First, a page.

Week 264

Feast of the Dedication of the Lateran Basilica in Rome

Reading I
Ez 47:1-2, 8-9, 12
Responsorial Psalm
Ps 46:2-3, 5-6, 8-9
Reading II
1 Cor 3:9c-11, 16-17
Gospel
Jn 2:13-22

I drove to the mainland this morning for Mass and started looking for a church around quarter to eleven. Despite being in an area with dozens of parishes, almost none had an 11 AM Mass; they almost all were either 10, 10:30, or noon. I somehow managed to find one parish with an 11:30 AM Mass, somehow managed to find a parking spot, although it was about six blocks away, and somehow managed to hustle enough to arrive at about 11:28 AM or so-- although the Mass did not start until 11:35 AM at the earliest.

The church is rectangular without transepts and appears to have been renovated slightly. The 16 main stained-glass windows are tall and arched with various intricate depictions on them. The Stations of the Cross are painted sculptures. The lower part of the side walls is of light wood (about to normal ceiling height); from to the very slightly peaked ceiling there the walls are painted white. The domed sanctuary has a wooden ambo at the left and a freestanding altar behind it in the center. The rear wall has a wooden backdrop that more or less matches the side walls; I suspect that the original altar and reredo (if any) were removed and replaced with this backdrop. Above that is a traditional crucifix and three small, circular stained-glass windows. The tabernacle is at the right; even though I genuflected as I entered, I really did not notice the tabernacle until after Mass had begun, probably because the white cloth covering it made it blend with the walls. (Someday I'll get in the habit of searching for the red tabernacle light.) An organ is at the far left. The wooden pews are divided into four sections by a center aisle and a break about halfway back. Copies of WLP's We Celebrate separate missalette and hymnal are found in racks in the pews.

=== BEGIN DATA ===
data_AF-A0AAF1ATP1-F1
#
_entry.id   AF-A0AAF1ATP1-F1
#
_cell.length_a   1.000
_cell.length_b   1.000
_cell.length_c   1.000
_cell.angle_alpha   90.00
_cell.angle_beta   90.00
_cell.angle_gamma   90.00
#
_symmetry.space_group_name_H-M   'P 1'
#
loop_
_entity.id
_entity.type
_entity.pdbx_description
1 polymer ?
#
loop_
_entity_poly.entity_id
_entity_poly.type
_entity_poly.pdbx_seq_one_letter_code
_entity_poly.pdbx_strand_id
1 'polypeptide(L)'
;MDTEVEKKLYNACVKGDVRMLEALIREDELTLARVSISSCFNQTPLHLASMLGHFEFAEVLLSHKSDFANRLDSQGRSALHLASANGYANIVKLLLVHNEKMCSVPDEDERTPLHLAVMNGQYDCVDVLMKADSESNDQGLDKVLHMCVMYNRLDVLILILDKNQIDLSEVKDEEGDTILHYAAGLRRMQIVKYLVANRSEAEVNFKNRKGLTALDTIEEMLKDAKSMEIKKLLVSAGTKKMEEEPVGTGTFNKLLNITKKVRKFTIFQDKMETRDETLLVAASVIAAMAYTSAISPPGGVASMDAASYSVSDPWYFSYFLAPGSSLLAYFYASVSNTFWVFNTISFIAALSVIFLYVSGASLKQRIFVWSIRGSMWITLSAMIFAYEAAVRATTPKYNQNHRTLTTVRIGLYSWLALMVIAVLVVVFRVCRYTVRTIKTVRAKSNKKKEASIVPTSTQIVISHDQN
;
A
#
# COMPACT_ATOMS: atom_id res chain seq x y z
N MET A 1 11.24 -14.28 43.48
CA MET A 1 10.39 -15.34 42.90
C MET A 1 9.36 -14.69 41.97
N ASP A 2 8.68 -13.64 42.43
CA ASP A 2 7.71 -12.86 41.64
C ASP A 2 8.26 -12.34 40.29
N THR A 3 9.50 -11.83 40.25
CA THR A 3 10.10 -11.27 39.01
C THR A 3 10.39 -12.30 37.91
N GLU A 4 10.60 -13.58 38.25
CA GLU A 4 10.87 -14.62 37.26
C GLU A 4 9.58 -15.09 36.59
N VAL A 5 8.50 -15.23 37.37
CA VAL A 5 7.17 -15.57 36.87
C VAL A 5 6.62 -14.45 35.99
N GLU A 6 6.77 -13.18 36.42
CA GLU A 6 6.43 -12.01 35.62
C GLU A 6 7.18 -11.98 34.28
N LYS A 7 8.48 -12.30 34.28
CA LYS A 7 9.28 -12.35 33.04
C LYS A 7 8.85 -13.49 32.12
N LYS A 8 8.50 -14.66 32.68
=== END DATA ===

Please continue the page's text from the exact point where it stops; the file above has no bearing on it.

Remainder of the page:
A contingent of about 30 or 40 school children (undoubtedly from the religious education program) were seated towards the left front, with some others towards the right front. Another hundred or so people were scattered throughout the rest of the church, which probably holds 600-800 when full. Mass began as the organist (again doubling as cantor, and assisted by four or five choirsters) announced the first hymn, "Here I Am, Lord." I noticed that this hymn and several other popular modern hymns (two others of which we sang today) are found in the very back of the hymnal in a short section titled "Appendix" as opposed to other titles like "Peace," "Funeral," "Mission," that might be found in this and other hymnals. I guess that as with a human appendix, this makes removing them and disposing of them rather easy at some point. A server, a reader, a cleric who I suspect to be a deacon (even though it was hard to tell from his vestments, which had priest-like trimming) and the priest participated in the entrace procession through the center aisle. After the priest introduced the Mass and explained the significance of the feast, he welcomed those of us who were attending Mass at the parish for the first time (must remember the mustache and dark glasses next week) and said that we'd have time for "chit-chat" outside church after Mass. The deacon led the invocations of Form C of the penitential rite, and then we recited the Gloria.